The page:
- At the outset, we thought Finance Minister will play safe by cutting expenditure by 10% from the Budgeted Estimate. Surprisingly, she played a "Pant" (cricket metaphor), with 28% jump in expenditure for FY21. This clearly seems to be a change in stance where she has gone for Growth, while relegating fiscal consolidation to the backburner for some time. Though FY22 expenditure growth is projected to be flat, it clearly implies that government wants to Front-Load the Expenditure given the impetus required to capitalize on the broad-based rebound within the economy. Basis the FY21 YTD numbers, government is likely to spend at a monthly rate of Rs4 trillion in the last quarter of FY21, much higher than the historical average of Rs2-2.5 trillion.
- Markets have indeed loved the budget as govt intends on Raising Resources without moving on direct taxes. Most importantly, Budget assuaged apprehensions of negative surprises, of which tremors were palpable in the market action a week ahead of the budget.
- With fiscal deficit deviating by 10 trillion from the budgeted number, it clearly shows govt is ardently tilted towards growth. This also shows lot of courage in government's intent, unfazed by the Credit rating agencies. We see this as a right approach given the current times, while it is also noteworthy to pay attention to the fact that relentless path of fiscal consolidation has not yielded any material change in the sovereign ratings.
- Government's thrust on Capital expenditure can be seen by higher allocation to gross budgetary support. Interestingly, gross budgetary support for FY22 will be equivalent to the internal and external budgetary support, implying that the government will incur more expenditure on its books, and thereby translating into more cash in the hands of Central Public-Sector enterprises and dividends for investors. Besides capex spending, the intent seems firm on boosting domestic manufacturing through PLI schemes in 13 sectors and industry consultations to correct inverted duty structures.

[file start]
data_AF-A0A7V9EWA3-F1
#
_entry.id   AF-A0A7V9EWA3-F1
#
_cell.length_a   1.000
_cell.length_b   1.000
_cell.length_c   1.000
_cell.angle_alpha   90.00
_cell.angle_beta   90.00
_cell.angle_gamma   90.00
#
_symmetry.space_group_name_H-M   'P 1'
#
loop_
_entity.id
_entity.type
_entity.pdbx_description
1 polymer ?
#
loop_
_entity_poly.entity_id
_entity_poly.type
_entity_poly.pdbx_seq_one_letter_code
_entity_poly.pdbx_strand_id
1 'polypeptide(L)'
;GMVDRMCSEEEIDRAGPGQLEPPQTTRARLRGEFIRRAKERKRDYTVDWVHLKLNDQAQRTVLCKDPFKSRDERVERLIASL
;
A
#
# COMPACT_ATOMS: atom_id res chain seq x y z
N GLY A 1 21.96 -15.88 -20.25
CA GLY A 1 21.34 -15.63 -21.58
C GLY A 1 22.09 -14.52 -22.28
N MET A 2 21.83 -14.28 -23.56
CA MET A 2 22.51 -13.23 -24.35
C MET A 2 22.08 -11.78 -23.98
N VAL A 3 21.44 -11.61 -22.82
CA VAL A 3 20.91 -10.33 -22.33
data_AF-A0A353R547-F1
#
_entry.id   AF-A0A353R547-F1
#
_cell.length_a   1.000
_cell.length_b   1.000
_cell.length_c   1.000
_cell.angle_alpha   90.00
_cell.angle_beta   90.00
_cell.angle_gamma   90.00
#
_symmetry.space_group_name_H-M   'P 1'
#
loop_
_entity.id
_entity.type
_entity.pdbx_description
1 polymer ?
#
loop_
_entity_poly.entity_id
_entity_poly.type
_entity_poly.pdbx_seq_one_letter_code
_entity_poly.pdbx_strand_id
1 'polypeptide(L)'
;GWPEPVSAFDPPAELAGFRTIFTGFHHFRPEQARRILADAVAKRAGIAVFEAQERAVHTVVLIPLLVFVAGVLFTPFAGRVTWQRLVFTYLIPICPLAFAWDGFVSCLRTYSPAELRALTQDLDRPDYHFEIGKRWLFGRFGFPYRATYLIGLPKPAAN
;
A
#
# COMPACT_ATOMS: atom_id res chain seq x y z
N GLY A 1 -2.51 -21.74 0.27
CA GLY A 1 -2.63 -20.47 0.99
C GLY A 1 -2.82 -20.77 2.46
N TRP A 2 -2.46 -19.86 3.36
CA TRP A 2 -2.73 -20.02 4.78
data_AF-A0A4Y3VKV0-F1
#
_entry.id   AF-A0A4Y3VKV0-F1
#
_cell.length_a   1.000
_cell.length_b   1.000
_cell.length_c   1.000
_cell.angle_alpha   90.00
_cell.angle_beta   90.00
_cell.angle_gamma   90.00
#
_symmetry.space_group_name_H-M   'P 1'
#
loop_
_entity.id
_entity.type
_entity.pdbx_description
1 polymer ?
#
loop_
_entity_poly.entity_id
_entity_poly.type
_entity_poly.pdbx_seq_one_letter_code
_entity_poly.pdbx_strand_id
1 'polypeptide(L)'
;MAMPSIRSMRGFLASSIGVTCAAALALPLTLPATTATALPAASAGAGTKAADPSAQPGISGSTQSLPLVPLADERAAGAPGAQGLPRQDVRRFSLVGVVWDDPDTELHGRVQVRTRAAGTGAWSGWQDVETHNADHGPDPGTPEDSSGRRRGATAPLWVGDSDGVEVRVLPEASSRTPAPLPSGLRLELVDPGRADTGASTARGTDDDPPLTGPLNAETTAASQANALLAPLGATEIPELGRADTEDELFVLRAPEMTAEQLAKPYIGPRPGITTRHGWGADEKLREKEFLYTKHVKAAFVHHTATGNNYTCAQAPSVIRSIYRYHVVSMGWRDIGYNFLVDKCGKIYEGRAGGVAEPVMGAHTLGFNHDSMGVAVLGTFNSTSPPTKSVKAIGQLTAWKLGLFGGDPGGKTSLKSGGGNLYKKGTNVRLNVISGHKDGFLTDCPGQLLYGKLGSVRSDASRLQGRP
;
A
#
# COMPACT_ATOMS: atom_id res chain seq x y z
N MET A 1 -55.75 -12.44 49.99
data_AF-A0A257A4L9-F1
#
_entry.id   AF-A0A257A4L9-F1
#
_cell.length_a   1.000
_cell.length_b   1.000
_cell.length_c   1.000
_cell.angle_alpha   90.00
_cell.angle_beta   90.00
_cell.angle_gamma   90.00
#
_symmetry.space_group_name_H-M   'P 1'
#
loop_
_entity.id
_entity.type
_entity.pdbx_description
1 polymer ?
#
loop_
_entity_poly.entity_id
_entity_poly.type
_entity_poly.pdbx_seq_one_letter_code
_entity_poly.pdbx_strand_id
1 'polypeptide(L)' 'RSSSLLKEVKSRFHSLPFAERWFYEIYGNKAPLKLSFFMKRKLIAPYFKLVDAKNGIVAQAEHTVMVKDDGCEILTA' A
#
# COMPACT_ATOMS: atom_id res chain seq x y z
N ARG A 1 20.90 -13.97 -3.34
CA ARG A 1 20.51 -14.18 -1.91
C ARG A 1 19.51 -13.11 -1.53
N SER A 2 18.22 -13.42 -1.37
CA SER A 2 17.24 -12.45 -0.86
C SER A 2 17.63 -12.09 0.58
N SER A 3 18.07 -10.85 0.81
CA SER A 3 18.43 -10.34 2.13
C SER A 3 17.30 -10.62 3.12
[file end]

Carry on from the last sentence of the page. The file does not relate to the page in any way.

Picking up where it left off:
- Big disinvestment target, resolve to privatise certain PSUs, public listing of LIC, ARC formation for bad loans and monetise government's land bank, are moves that echos a sense of minimum government and boosting efficiency. On disinvestments, Rs1.75 trillion target for FY22 looks quite realistic given the buoyant market sentiment and abundant liquidity across the globe.
- Meanwhile, chasing growth could have its own repercussions on inflation and bondmarkets, with yields already hardening because of a wider fiscal shortfall. We also need to monitor how government will garner an enormous Rs4.8trillion from small saving scheme. This is far higher than government's own projections last year. Any shortfall here will only mean more borrowing and resultant higher yields.